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Like Plato’s famous river, neighborhoods in Brooklyn seem to change so suddenly that when you come back to them, they are never quite the same. In Brooklyn we have DUMBO, Williamsburg and Carroll Gardens as exemplary proof of how neighborhoods can become "hip" almost overnight.

Mari Brown and Deanna Pacelli, two Carroll Gardens residents, have been working hard over the past two-and-a-half years documenting the changes there. They’ve conducted more than 50 interviews with long-time residents and young professionals, mom-and-pop store owners and new restaurateurs. The result is "There Goes the Neighborhood," a one-woman show written by Brown and performed by Pacelli, who plays nine neighborhood characters. The hour-long piece is being performed as a series of workshops through Oct. 12 at Bar Below, at 209 Smith St.

For Brown, "There Goes the Neighborhood" is a work of more than a little brilliance. For Pacelli, it is a tour de force requiring both creativity and stamina. With nothing more than a cigarette (teenaged girl from the neighborhood), a wineglass (young woman transplanted from Long Island), a pair of oversized eyeglasses ("middle-aged white chick") a baseball cap (Italian owner of a 100-year-old pork shop) and same baseball cap turned backwards (newly arrived Chinese restaurant owner), Pacelli creates individuals who are both poignantly unique and hilariously familiar.

Sometimes Pacelli achieves the same effect by merely crossing her legs and holding her hands in a certain manner (a gay designer, an old Puerto Rican man). She’s also an expert at accents and speech patterns (African-American, Puerto Rican, Italian-American, Long Islander). And only occasionally is it difficult to tell whether she’s playing a man or a woman.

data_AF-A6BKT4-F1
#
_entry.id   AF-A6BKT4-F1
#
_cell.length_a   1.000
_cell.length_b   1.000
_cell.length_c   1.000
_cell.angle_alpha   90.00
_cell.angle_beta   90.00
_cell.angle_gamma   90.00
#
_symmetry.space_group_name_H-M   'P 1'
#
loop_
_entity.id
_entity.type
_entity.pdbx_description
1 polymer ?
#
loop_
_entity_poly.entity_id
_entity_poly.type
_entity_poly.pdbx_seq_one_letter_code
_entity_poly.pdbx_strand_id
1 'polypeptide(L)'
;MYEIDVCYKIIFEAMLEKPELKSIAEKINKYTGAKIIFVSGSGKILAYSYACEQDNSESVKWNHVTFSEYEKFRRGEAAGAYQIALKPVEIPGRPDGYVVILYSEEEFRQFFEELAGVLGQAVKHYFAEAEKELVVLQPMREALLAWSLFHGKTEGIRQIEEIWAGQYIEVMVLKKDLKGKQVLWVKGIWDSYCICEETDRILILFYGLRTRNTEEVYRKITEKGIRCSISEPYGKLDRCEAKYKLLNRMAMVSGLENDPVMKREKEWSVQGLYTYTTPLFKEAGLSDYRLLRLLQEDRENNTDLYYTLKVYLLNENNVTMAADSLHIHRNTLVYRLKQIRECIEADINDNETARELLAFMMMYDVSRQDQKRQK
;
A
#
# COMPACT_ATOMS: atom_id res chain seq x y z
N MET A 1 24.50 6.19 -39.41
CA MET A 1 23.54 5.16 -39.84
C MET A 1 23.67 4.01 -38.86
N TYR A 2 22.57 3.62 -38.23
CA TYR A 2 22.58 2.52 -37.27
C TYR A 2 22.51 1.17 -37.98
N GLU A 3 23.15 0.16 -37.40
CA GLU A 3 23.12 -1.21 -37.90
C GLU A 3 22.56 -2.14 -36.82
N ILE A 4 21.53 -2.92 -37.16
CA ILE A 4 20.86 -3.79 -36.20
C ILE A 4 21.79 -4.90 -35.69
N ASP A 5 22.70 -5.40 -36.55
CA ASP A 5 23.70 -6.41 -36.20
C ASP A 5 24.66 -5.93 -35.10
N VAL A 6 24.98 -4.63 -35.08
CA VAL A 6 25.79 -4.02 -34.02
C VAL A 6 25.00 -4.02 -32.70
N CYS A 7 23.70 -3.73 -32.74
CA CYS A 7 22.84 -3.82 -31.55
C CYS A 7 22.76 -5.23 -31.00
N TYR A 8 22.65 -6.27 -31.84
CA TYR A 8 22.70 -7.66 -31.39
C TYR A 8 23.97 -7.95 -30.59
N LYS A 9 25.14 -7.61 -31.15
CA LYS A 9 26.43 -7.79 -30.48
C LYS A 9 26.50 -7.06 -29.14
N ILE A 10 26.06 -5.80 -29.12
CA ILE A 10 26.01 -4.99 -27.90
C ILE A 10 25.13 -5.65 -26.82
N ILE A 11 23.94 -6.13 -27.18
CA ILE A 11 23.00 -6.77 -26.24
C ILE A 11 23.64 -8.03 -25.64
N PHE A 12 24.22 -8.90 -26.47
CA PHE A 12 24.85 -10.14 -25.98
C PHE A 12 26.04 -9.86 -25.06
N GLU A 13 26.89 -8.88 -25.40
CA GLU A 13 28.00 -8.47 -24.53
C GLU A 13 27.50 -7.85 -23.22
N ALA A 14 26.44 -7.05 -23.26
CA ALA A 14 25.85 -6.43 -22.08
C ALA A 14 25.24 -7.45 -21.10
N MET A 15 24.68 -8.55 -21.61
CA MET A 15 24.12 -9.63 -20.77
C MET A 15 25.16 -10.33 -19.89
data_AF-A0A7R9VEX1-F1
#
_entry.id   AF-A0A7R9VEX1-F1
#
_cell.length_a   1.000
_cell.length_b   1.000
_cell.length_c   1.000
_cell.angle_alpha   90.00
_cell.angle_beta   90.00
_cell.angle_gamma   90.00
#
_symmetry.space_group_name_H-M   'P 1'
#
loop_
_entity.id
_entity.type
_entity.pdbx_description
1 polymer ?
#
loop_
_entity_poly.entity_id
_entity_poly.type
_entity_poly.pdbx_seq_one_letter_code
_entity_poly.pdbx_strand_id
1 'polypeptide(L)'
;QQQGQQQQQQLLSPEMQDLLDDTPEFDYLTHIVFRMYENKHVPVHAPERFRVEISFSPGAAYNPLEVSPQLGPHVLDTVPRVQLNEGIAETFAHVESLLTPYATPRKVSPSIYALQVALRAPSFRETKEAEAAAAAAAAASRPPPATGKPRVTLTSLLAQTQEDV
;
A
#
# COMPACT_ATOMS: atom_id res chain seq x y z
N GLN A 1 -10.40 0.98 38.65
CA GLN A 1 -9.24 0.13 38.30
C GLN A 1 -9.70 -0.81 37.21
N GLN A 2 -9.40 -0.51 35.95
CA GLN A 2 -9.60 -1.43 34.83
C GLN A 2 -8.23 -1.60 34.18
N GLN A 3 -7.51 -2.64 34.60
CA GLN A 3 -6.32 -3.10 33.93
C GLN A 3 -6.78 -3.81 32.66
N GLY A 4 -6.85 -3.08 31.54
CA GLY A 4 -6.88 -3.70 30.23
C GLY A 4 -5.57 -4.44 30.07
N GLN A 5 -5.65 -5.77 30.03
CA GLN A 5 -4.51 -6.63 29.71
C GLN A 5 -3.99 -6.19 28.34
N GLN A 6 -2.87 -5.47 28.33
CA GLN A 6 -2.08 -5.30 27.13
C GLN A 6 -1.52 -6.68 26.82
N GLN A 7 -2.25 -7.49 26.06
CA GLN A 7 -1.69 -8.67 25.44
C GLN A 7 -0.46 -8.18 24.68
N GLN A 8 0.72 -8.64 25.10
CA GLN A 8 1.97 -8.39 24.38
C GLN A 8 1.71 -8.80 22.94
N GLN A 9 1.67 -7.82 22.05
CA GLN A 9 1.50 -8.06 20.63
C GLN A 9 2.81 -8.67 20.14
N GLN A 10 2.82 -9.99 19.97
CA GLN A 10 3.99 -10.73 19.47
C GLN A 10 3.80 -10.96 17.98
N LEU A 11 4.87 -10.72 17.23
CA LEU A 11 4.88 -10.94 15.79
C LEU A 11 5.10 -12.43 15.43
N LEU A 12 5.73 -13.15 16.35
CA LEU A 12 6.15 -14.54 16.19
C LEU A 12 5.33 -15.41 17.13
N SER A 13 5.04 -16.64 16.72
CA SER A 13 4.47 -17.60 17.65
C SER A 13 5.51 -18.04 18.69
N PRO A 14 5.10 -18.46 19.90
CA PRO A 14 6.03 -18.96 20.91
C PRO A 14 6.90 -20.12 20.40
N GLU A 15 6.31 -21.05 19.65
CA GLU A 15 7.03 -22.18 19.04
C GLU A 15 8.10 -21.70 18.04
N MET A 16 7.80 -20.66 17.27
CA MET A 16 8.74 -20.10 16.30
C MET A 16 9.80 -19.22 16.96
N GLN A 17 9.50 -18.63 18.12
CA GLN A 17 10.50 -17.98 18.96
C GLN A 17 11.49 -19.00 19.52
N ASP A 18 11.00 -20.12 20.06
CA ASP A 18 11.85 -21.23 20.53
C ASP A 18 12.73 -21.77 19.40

Brown’s dialogue reflects a startling ability to capture vernacular speech with all its most subtle nuances. She uses a nice trick of having the characters answer or disagree with each other using almost the same words. And Pacelli supplies the perfect gesture and tone.

The intimate, cabaret-like atmosphere of Bar Below helps a lot, too.

The unifying thread that ties the characters together and to Brown’s theme is the character of DJ Transforma, who appears intermittently throughout the hour-long show, and in the end, supplies the philosophical framework on which the show rests.

One of the most interesting aspects of "There Goes the Neighborhood" is Brown’s refusal to take sides in the controversy surrounding gentrification. The owner of the pork shop is clearly skeptical of its benefits. The girl who has lived in Carroll Gardens all her life finds it exciting. The Chinese restaurateur is exuberant over the possibilities. An old Puerto Rican man seems mostly confused.

What all these people have in common, however, is their passion for the neighborhood - whether they remember it as traditional and close-knit, resent it for its narrow-minded bigotry or respect it for the changes that are making it more compatible with their lifestyles.

It took lots of outreach to write "There Goes the Neighborhood." One pictures Brown and Pacelli nodding sympathetically and taking notes. This same ability to listen and learn prevails during the workshop phase of production.

Pacelli and Brown host talk-back dialogues after every performance and encourage suggestions and criticisms. So if you’d like a chance to make your artistic opinion go further than your spouse or best friend, don’t miss "There Goes the Neighborhood." You’ll also have a great time.


Word on the Street Productions presents "There Goes the Neighborhood" through Nov. 2, Saturdays at 7:30 pm and Sundays at 3 pm. Tickets are $8 and include a free beer. Bar Below is located beneath Faan restaurant, at 209 Smith St. at Baltic Street in Boerum Hill. For more information, call (917) 873-1432 or e-mail

Updated 4:00 pm, November 10, 2010
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